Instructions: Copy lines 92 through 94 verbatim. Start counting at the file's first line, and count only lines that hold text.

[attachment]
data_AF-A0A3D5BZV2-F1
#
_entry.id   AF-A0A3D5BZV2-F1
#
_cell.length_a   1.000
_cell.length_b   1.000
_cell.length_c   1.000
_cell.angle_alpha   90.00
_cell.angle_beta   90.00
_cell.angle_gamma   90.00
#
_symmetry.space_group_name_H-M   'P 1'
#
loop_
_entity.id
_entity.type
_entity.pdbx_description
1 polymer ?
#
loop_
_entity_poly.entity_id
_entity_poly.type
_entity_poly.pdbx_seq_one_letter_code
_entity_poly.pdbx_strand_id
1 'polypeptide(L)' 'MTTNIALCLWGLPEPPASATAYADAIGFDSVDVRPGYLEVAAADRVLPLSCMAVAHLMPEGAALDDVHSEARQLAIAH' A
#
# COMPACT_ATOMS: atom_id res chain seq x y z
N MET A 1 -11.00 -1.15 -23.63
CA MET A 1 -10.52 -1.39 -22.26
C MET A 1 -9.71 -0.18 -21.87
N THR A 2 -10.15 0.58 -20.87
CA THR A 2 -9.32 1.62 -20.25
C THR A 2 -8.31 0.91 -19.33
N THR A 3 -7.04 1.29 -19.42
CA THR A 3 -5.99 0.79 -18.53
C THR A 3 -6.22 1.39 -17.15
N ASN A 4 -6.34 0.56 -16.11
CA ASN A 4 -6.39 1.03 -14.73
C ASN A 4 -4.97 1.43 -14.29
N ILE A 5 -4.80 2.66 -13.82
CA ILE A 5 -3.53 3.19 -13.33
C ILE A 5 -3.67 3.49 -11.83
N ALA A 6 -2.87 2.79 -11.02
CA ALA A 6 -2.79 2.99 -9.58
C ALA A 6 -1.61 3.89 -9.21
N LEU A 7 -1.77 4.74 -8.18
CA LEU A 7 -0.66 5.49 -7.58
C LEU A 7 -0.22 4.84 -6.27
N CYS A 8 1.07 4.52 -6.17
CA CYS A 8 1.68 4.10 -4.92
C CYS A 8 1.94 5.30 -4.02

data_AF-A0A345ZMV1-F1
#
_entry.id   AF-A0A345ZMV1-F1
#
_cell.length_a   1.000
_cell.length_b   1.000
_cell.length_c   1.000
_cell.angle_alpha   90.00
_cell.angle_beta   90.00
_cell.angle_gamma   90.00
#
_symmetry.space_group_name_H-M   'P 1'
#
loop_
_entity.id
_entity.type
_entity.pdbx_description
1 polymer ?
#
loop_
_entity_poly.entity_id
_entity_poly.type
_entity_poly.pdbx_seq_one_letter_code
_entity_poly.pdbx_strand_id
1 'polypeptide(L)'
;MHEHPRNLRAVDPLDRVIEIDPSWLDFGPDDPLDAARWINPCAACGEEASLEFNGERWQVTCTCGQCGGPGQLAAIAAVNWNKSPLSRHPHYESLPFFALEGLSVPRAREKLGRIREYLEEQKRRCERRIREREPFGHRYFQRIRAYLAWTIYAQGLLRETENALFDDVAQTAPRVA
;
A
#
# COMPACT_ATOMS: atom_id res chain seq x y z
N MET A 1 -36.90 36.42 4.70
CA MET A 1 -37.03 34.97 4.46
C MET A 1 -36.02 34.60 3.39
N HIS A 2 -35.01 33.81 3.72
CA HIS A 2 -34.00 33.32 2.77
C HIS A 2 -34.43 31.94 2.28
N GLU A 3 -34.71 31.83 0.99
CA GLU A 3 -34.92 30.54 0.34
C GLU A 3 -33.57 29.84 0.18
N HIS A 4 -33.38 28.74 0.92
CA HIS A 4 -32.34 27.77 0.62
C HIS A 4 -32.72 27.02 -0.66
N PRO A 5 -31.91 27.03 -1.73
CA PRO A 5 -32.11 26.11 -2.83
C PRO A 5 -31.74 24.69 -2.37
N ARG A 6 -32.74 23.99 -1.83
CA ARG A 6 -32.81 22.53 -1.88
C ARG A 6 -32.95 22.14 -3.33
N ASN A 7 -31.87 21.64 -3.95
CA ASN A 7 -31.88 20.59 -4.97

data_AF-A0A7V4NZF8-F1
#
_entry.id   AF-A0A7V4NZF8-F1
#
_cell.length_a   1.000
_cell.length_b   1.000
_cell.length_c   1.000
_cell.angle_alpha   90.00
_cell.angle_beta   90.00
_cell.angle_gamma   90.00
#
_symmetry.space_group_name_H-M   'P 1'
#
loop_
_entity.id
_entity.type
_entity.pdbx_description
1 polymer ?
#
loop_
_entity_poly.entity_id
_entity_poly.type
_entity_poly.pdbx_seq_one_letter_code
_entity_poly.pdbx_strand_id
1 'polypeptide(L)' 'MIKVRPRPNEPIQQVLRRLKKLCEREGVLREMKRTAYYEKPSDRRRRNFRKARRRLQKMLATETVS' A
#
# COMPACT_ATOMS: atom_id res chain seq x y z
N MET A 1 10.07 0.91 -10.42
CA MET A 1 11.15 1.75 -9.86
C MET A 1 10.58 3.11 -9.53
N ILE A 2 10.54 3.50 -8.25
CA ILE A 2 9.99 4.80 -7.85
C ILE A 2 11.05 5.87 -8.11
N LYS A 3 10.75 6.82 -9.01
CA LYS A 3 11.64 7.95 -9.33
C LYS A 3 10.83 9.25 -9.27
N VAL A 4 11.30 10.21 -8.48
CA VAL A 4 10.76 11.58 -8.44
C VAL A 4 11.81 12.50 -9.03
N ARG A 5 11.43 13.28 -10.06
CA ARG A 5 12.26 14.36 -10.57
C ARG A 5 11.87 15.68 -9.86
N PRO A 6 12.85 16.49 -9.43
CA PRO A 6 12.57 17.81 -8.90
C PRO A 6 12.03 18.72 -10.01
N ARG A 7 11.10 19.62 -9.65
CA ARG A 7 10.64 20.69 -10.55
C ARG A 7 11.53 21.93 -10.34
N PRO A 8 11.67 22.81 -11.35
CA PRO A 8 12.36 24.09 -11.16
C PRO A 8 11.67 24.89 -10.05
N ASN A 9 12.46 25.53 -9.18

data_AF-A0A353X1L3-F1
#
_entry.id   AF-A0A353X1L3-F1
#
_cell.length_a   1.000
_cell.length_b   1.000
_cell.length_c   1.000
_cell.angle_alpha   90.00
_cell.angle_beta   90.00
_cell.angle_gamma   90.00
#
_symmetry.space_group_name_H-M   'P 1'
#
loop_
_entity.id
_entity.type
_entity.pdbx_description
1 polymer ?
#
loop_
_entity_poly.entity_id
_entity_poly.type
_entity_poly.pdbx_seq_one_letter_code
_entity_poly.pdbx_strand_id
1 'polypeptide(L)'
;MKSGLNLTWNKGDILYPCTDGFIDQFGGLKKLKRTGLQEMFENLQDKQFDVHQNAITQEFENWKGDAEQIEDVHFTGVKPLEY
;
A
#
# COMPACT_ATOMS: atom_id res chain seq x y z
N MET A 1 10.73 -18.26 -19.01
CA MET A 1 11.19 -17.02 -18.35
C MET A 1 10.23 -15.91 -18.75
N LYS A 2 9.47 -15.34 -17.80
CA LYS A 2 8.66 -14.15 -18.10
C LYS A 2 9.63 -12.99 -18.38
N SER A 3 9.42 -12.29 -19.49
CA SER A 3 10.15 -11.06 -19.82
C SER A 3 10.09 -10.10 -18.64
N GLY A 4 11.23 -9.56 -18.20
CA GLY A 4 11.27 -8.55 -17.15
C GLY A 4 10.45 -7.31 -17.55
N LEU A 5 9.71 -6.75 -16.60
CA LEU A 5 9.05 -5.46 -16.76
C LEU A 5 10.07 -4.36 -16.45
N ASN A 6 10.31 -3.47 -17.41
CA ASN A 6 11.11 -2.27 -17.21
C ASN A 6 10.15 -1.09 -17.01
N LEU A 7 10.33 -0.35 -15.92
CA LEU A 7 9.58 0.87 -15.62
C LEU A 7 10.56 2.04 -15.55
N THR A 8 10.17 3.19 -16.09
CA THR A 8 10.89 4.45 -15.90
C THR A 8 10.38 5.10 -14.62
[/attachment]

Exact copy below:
CA HIS A 4 -32.34 27.77 0.62
C HIS A 4 -32.72 27.02 -0.66
N PRO A 5 -31.91 27.03 -1.73